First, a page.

Media & Tech Tuesday - Getting paywalls right

  • Mar 2013
  • Media & Technology

As the newspaper and magazine industry faces a general decline in print circulation and falling advertising revenues, many are beginning to consider ‘paywall’ or other subscription models to help monetize their online content.

Data released by the New York Times at the end of last year shows how profitable these subscription models can be – this year, for the first time, the company is expected to generate more revenue from subscriptions than from advertising.Setting up a paywall is a big and almost irrevocable step for an industry that has previously relied upon advertising revenue rather than charging readers directly. So how do you make sure you get it right?

Must-Have… a mission?

During a presentation and panel session at the Westminster Media Forum last week, MB Christie, Director of Online Product Management at the Financial Times (FT), asked the audience whether the key to the FT’s paywall success was the fact that it provided business people with ‘must have content.’ I joined in the audience’s general sense of agreement and so was surprised to hear her claim that the key wasn’t the FT’s premium business information, but its ‘clear editorial mission’ to ensure that all the website’s content ‘had value’.

This seems to be something of a distinction without a difference – if the content doesn’t have value, subscribers won’t pay for it. The FT’s ‘editorial mission’ may be the way it embeds in its corporate culture a focus on valuable content, but subscribers aren’t directly motivated by corporate culture.

And an editorial mission to ensure content ‘has value’ seems a little weak; in contrast, Bloomberg’s editorial criteria focus on content and information which has actionable value – that is, information on the basis of which people can make trading and investment decisions.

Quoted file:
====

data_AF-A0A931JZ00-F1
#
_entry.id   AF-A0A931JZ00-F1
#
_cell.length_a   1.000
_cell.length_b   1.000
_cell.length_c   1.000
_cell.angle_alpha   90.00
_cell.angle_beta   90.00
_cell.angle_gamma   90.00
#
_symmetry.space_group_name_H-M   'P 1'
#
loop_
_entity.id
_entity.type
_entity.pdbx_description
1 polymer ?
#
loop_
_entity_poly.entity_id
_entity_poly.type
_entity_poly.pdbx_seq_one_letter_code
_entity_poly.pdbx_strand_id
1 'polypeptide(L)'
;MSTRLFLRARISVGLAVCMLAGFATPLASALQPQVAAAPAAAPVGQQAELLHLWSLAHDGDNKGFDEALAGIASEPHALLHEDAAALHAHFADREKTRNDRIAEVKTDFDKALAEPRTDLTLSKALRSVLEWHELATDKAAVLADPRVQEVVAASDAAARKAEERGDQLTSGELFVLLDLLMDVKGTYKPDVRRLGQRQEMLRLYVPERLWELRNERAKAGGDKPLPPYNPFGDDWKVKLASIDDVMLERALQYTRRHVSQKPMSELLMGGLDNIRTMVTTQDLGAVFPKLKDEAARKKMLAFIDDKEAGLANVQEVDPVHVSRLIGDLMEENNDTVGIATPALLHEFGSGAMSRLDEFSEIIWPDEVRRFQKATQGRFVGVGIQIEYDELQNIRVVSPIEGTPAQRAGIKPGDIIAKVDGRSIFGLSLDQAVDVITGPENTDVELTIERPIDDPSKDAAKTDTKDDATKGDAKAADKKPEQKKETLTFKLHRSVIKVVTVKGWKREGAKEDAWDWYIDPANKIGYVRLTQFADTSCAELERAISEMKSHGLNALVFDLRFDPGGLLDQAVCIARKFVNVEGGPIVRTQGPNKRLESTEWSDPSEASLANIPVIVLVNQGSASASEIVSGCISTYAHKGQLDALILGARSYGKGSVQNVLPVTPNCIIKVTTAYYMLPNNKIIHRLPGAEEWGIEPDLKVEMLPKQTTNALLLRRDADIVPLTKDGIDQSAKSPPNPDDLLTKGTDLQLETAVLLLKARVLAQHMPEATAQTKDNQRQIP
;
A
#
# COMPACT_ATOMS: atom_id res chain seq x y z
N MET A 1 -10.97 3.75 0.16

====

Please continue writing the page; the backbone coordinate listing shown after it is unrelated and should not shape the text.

But the FT is clearly doing something right, as its subscription revenues (over half of which is online)) are expected to have overtaken advertising revenues when the 2012 results are made available.

Choosing not to monetise

Andrew Miller, Guardian Media’s new CEO and another Forum attendee, spoke of a different publishing mission: the pursuit of ‘open journalism’ and a broader reach through multiple platforms. The Guardian is now the world’s third most read newspaper website. Yet despite this broad user base – and $70m loss last year which needs to be filled – Andrew Miller does not see a paywall on the horizon. A paywall is not a ‘one size fits all solution,’ he explains, and it’s clear that it will be hard to get people to pay for un-differentiated content which can easily be picked up from other sources.

He asserted that a paywall can work well in markets with differentiated content, where a publisher has a large existing base of users that it can monetize via subscriptions, especially when it serves a specific niche (such as business or finance). However, for those online publishers trying to reach new, potentially global audiences, a paywall may not be the right model.

Value Drivers

This accords with our experience. Livingstone has had a great deal experience working with online publishers and related companies. Most recently, in September 2012, Livingstone negotiated the sale of Inframation Group, a provider of business information and senior-level events for the global infrastructure finance community, to the Mergermarket Group, the leading publisher of intelligence and analysis for investors, advisors and corporates.

Earlier last year, we also sold TVC Group, an award-winning marketing communications agency that specialises in a content-driven approach to public relations and marketing, to the Economist Group, which has its own sophisticated paywall strategy.

Our experience suggests that the single most important driver for successfully implementing and monetising a subscription-based model is genuinely-differentiated, must-have content. People won’t pay for content they can obtain freely elsewhere, and won’t pay for content they don’t need. But if it gives them a genuine commercial advantage – be it actionable trading data or increased levels of insight and understanding – and they can’t obtain it anywhere else, they will happily pay premium prices and will cheerfully renew their subscriptions year after year.

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